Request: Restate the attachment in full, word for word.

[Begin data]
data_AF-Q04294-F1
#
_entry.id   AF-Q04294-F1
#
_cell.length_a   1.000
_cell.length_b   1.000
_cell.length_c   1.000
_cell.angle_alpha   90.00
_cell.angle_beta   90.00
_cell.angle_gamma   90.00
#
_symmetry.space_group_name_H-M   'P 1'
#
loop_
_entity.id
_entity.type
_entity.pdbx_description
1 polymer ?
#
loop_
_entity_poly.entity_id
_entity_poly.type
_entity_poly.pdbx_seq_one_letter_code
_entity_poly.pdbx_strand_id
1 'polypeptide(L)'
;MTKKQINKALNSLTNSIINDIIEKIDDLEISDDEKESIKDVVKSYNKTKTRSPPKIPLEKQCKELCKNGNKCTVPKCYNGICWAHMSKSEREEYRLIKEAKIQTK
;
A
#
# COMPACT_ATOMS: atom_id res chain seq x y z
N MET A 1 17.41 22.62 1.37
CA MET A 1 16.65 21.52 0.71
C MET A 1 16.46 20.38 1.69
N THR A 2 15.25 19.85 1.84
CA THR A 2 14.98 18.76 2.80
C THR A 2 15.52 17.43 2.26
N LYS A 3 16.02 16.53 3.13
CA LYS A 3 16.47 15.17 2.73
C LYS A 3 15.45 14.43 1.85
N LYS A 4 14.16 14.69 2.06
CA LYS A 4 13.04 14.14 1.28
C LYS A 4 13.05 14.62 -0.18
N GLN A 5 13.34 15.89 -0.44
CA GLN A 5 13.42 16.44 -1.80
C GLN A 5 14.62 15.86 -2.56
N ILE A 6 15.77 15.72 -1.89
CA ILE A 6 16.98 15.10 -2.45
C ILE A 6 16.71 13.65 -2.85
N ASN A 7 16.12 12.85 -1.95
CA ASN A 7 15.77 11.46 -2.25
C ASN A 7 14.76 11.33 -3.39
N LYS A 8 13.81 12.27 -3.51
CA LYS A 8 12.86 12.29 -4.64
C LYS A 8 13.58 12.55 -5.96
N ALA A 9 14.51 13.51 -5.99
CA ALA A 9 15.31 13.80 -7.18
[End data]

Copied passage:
data_AF-Q04294-F1
#
_entry.id   AF-Q04294-F1
#
_cell.length_a   1.000
_cell.length_b   1.000
_cell.length_c   1.000
_cell.angle_alpha   90.00
_cell.angle_beta   90.00
_cell.angle_gamma   90.00
#
_symmetry.space_group_name_H-M   'P 1'
#
loop_
_entity.id
_entity.type
_entity.pdbx_description
1 polymer ?
#
loop_
_entity_poly.entity_id
_entity_poly.type
_entity_poly.pdbx_seq_one_letter_code
_entity_poly.pdbx_strand_id
1 'polypeptide(L)'
;MTKKQINKALNSLTNSIINDIIEKIDDLEISDDEKESIKDVVKSYNKTKTRSPPKIPLEKQCKELCKNGNKCTVPKCYNGICWAHMSKSEREEYRLIKEAKIQTK
;
A
#
# COMPACT_ATOMS: atom_id res chain seq x y z
N MET A 1 17.41 22.62 1.37
CA MET A 1 16.65 21.52 0.71
C MET A 1 16.46 20.38 1.69
N THR A 2 15.25 19.85 1.84
CA THR A 2 14.98 18.76 2.80
C THR A 2 15.52 17.43 2.26
N LYS A 3 16.02 16.53 3.13
CA LYS A 3 16.47 15.17 2.73
C LYS A 3 15.45 14.43 1.85
N LYS A 4 14.16 14.69 2.06
CA LYS A 4 13.04 14.14 1.28
C LYS A 4 13.05 14.62 -0.18
N GLN A 5 13.34 15.89 -0.44
CA GLN A 5 13.42 16.44 -1.80
C GLN A 5 14.62 15.86 -2.56
N ILE A 6 15.77 15.72 -1.89
CA ILE A 6 16.98 15.10 -2.45
C ILE A 6 16.71 13.65 -2.85
N ASN A 7 16.12 12.85 -1.95
CA ASN A 7 15.77 11.46 -2.25
C ASN A 7 14.76 11.33 -3.39
N LYS A 8 13.81 12.27 -3.51
CA LYS A 8 12.86 12.29 -4.64
C LYS A 8 13.58 12.55 -5.96
N ALA A 9 14.51 13.51 -5.99
CA ALA A 9 15.31 13.80 -7.18